135. The attrition rate for radiographers is 27 per cent, and a third of the people drop out on academic grounds, and this goes back to what Mr Steinberg was saying earlier about the qualifications one needs for certain jobs in the NHS but I was surprised to read at the bottom of case example 2 on page 20 that: "A number of universities have introduced continuous assessment to target learning support more effectively and in the belief that some students will find the smaller components easier to handle." If some universities have arrived at that decision they are probably about a decade or a decade and a half behind, for example, most sixth form colleges and A-level courses which have been doing this for quite some time, and yet we hear that only some universities may have done that.
  (Sir Brian Fender) I think each university clearly needs to make a judgment about what best support it can give its students and its best assessment processes. I do not think I can make an easy judgment about how they should do that. The question of attrition in radiography obviously has some particular aspects to it. What we try to do is make sure that institutions are supporting students at an individual level in the way that best suits them. We have got a lot of studies going on about how best to do that. We have not focused on the particular issue of radiography, that is true, and it may be that one of the consequences of this report is that we do need to look rather more finely at some particular subjects.

  136. I hope that you will because it does seem it is a problem that is not only serious but has been going on for some time. Mr Crisp, when the Secretary of State very graciously opened my new accident and emergency department (or, rather, emergency care centre) he and I spoke to a student nurse who was on placement at the general hospital but concerned about the lack of good quality practice placements. Why is that such a problem?
  (Mr Crisp) There are two reasons why it is a problem. The first one is, of course, we need to increase the number of placements very significantly because of the number of additional commissions. They have gone up 30 per cent and we need to increase those[11]. That is the first point. The second point is that when it was not a problem we did not pay much management attention to it, if I can put it that way. Now we are recognising it as a problem we have to address it. Again, there is an example in here of one of the case studies which is showing how people are within a confederation appointing somebody in a specific role to do this, including may I say in the private sector. We are securing placements in the private sector and in a wider range of fields than there would have been otherwise. At the moment that is a bit of a bottleneck that is being worked on to make sure it does not stop us.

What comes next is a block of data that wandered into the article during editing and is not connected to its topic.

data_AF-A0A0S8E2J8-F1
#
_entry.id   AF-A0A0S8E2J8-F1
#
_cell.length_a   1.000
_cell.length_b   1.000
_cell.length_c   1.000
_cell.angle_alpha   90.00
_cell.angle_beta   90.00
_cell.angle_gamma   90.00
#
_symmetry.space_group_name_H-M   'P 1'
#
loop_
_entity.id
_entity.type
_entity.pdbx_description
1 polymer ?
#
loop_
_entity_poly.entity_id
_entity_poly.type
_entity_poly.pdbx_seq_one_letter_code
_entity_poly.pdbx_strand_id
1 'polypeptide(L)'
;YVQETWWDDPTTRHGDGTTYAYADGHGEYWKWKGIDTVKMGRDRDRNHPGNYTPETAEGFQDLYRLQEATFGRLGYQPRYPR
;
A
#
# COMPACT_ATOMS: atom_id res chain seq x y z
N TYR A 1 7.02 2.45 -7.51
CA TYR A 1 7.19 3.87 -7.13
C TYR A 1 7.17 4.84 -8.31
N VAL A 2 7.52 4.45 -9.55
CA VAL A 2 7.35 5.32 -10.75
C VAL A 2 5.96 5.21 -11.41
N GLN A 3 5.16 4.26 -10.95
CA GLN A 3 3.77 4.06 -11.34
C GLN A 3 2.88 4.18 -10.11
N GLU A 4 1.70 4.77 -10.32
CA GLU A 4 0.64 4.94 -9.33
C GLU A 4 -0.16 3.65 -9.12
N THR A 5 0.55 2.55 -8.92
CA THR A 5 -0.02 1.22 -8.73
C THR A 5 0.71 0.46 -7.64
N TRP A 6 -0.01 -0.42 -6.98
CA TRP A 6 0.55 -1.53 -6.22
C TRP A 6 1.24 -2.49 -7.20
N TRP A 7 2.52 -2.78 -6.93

137. Does this not take us back to where we were a few minutes ago because again talking to a nurse at the weekend, who is a very experienced nurse, she was complaining about the lack of opportunity for people to have placements on wards because of the lack of experienced staff to train them. The NHS has a very good record of older nurses taking younger ones under their wing and showing them the ropes. So it is part of that problem, is it not, and it is not really helped by the number of agency nurses that the NHS depends upon?
  (Mr Crisp) We have got a very difficult balancing act in managing the NHS. We are trying to keep the service going, we are trying to increase the service and we are trying to increase education at the same time. This is pretty tough and it is pretty tough for the sort of nurse you were talking to who probably wants to do more education but is finding that the service is going on at the same time. That is a balance that we have to keep looking at and we will do some relatively short term things to make sure we can keep training people at the same time as we are running the service and that may mean putting people in different placements we have not looked at before, but it is a difficulty.

  138. How effective has the "Return to Practice" programme been and also overseas recruitment in terms of numbers?
  (Mr Crisp) This was the number I failed to find earlier, I am afraid. They have both been effective, they are both continuing, they are both worth doing. They are part of what will contributes toward that 20,000.

  139. The BMA report today, of which no doubt you are aware, says that two out of three doctors are not interested in going on to be GPs and most of those are women who want career flexibility. One of the complaints I get from would-be nurses is, "Yes, I would return to the profession but I need child care and I need to be able to work part time or job share or whatever." What sort of effort is being made centrally to encourage trusts to go down that route?
  (Mr Crisp) I have just found the figures that you were asking about. 4,181 nurses, midwives and health visitors have returned to employment in the NHS in England and another 2,000[12] are preparing to join them. Over 60 per cent of those who have returned so far have taken up part-time posts, which demonstrates how the NHS is providing more flexible, family-friendly opportunities for people who want to work. It is precisely that point and offering them part-time opportunities is one of the attractions we can use to bring them back. So 4,181 have already returned[13].

  Mr Campbell: Thank you, Chairman.

  Chairman: Mr Edward Leigh?


10   Note: The number of funded commissions rose from 1995-96, not 1996-97. Back

11   Note by Witness: The number of placements are due to increase by 30 per cent, they have not, as stated, taken effect already. Back

12   Note by Witness: The figure is, in fact, 2,020, not 2000. Back

13   Note by Witness: 7,513 persons have returned to the nursing profession. Back